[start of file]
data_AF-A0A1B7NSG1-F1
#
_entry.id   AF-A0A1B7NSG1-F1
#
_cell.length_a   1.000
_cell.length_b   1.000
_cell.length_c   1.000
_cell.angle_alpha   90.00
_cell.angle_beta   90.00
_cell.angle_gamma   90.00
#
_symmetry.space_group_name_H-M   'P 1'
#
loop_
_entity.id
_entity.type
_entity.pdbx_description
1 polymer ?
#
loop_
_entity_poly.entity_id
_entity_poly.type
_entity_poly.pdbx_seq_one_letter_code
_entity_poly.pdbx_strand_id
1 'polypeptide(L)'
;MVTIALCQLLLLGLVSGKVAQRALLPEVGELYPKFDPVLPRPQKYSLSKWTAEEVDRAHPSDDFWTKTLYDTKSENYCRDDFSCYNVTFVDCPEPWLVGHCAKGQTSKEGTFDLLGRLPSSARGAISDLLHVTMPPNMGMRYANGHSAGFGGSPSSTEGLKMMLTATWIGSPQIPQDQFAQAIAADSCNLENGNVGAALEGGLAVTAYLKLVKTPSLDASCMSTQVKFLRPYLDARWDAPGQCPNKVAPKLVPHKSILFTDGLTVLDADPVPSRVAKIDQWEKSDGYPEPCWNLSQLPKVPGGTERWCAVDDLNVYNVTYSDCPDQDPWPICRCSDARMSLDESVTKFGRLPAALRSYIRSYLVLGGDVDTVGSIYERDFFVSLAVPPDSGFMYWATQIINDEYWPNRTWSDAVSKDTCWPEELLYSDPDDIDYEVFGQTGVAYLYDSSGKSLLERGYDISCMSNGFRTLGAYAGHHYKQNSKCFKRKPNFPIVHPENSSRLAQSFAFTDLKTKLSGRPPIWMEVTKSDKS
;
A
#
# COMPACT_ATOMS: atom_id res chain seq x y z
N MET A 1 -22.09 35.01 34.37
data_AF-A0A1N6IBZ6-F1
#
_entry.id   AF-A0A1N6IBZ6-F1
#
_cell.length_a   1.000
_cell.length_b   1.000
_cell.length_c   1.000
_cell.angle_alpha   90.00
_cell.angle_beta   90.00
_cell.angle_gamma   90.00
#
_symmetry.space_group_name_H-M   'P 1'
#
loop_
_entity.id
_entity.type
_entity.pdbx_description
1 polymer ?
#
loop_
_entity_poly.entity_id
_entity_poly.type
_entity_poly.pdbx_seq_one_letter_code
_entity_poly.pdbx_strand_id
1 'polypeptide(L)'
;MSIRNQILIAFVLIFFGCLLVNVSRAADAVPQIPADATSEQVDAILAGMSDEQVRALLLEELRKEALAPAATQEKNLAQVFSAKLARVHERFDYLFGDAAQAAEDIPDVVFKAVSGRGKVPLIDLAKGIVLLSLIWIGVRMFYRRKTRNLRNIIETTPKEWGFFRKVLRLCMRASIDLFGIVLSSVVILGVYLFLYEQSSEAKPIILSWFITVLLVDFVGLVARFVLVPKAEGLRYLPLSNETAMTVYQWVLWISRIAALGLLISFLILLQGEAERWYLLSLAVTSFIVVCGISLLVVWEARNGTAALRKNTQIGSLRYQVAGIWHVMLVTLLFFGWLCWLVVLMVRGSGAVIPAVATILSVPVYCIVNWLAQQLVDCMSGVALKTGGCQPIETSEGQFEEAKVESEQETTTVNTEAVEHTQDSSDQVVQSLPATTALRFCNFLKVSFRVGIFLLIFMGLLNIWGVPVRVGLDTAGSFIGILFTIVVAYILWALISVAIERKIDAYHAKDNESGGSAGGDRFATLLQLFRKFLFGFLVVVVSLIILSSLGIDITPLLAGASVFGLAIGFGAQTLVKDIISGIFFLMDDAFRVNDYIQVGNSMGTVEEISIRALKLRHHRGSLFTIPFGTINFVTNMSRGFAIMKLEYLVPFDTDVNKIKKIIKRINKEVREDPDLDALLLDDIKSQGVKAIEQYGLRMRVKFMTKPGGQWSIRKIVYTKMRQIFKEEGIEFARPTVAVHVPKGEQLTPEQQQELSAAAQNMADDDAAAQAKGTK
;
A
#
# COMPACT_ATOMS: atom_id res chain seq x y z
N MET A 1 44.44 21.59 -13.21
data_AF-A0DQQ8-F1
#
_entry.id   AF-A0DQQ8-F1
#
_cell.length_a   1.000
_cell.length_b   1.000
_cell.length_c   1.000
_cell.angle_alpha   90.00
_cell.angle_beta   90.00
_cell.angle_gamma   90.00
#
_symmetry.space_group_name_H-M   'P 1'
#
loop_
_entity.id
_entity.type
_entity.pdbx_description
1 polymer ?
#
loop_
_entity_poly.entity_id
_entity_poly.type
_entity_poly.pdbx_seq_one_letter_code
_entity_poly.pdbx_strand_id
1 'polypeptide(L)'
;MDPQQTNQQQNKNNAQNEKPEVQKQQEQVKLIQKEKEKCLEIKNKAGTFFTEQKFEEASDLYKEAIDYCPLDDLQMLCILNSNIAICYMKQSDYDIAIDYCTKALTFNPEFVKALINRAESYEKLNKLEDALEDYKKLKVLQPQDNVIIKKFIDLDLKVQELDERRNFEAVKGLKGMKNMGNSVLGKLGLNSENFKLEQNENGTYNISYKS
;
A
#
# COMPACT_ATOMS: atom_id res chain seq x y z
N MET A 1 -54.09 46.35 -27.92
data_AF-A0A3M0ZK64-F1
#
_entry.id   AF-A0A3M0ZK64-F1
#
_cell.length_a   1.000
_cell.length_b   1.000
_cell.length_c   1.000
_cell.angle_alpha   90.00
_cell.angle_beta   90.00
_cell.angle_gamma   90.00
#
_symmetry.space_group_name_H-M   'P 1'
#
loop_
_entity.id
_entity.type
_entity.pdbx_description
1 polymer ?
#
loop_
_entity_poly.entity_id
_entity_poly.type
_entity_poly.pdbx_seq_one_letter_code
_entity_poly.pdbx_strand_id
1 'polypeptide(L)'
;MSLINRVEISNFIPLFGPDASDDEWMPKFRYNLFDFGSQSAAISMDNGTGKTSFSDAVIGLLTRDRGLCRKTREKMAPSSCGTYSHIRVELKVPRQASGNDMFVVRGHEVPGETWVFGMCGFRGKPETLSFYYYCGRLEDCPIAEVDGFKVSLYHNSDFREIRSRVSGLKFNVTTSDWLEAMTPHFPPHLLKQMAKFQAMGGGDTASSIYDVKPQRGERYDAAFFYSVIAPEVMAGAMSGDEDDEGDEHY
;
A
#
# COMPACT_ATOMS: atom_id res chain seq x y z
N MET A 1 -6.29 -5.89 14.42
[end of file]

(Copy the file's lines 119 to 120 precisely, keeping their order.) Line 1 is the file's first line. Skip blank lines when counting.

;MSLINRVEISNFIPLFGPDASDDEWMPKFRYNLFDFGSQSAAISMDNGTGKTSFSDAVIGLLTRDRGLCRKTREKMAPSSCGTYSHIRVELKVPRQASGNDMFVVRGHEVPGETWVFGMCGFRGKPETLSFYYYCGRLEDCPIAEVDGFKVSLYHNSDFREIRSRVSGLKFNVTTSDWLEAMTPHFPPHLLKQMAKFQAMGGGDTASSIYDVKPQRGERYDAAFFYSVIAPEVMAGAMSGDEDDEGDEHY
;